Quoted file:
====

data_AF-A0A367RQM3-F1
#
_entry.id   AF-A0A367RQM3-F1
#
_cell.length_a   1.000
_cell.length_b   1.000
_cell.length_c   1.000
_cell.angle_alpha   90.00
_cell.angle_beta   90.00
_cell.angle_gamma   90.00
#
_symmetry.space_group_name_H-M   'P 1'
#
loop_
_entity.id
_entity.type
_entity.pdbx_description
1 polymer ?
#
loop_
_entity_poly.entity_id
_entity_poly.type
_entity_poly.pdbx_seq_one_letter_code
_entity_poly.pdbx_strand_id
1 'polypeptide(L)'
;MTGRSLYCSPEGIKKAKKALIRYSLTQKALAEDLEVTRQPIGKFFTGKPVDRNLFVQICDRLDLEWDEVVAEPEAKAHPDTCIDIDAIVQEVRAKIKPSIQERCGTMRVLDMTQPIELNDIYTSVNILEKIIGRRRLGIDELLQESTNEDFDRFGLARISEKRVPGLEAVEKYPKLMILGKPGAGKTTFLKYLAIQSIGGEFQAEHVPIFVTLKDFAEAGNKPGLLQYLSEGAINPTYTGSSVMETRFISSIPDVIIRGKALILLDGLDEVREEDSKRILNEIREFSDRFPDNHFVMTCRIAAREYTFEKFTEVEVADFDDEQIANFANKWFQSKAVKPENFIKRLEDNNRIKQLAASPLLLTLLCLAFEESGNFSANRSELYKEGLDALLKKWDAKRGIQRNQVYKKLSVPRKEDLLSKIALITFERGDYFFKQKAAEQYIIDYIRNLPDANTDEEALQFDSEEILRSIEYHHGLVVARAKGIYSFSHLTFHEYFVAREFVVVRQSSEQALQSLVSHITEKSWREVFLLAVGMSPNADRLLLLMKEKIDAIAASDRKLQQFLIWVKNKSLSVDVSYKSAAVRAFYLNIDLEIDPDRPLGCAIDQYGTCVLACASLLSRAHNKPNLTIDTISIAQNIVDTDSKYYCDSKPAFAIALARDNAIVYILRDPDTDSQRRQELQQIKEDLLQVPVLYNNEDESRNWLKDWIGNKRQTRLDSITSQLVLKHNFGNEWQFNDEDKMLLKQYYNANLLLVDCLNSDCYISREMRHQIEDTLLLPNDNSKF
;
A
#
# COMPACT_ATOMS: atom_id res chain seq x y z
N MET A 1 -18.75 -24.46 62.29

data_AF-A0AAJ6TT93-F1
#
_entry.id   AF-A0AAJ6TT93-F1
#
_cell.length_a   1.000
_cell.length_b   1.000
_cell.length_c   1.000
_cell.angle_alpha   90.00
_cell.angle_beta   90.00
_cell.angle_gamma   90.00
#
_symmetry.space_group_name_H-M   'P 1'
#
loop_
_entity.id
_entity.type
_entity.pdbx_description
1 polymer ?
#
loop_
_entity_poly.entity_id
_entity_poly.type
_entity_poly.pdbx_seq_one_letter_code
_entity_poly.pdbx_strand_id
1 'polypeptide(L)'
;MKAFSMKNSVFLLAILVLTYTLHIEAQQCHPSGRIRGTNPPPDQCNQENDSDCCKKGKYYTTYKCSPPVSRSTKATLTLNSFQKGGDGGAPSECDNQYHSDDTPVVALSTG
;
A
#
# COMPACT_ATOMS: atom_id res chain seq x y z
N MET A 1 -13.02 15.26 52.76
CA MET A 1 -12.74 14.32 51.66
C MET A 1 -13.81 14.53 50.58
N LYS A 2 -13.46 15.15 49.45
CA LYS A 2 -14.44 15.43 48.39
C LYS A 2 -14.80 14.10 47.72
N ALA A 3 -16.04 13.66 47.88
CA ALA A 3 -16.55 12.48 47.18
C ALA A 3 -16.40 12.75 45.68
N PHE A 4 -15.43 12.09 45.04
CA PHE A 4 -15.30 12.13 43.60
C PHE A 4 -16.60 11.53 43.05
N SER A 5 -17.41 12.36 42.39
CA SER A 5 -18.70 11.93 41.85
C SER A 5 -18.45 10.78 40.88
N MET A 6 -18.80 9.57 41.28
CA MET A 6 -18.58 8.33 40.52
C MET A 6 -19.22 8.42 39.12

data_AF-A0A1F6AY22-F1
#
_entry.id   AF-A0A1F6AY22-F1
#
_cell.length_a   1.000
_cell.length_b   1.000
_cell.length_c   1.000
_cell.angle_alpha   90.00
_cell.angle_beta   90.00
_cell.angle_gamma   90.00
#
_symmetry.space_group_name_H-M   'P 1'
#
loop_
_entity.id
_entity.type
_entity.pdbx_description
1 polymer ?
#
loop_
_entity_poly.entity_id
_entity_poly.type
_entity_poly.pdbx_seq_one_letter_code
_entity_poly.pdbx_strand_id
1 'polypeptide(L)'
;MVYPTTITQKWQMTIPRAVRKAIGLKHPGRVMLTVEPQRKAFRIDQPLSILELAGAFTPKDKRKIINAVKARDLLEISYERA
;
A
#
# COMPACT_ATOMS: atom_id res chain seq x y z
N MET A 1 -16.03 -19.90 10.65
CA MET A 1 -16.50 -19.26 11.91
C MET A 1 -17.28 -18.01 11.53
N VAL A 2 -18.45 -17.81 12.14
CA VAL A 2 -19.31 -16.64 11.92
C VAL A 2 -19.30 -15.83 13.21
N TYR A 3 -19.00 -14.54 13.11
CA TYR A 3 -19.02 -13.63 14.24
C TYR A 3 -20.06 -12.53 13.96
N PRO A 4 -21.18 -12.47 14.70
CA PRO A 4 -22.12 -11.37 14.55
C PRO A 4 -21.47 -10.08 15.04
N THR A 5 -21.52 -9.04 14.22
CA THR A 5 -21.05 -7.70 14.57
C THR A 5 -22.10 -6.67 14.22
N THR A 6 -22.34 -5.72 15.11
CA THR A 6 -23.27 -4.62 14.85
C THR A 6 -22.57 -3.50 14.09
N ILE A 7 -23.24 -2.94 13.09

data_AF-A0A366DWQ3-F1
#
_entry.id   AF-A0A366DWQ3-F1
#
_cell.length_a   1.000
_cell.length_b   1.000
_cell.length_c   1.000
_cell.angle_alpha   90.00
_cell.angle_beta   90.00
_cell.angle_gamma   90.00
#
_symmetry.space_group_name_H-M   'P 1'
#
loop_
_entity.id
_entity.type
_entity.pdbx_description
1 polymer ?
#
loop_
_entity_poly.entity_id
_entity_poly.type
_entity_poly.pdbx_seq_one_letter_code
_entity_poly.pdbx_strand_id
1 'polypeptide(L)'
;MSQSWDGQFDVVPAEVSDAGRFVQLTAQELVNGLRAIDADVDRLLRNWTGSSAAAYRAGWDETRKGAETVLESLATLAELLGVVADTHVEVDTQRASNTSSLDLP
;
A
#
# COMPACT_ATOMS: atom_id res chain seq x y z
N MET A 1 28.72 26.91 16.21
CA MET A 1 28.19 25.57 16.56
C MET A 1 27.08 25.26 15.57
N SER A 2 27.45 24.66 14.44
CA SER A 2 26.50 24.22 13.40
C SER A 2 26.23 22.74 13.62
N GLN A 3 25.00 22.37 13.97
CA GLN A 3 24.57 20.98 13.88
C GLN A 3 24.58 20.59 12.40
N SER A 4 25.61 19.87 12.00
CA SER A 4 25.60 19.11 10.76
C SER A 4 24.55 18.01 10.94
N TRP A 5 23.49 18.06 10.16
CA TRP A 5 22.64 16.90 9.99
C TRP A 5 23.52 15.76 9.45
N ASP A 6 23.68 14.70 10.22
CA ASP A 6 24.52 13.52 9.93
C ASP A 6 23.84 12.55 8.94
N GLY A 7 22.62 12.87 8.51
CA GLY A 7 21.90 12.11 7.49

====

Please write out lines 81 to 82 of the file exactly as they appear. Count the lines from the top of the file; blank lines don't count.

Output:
#
_entry.id   AF-A0A1F6AY22-F1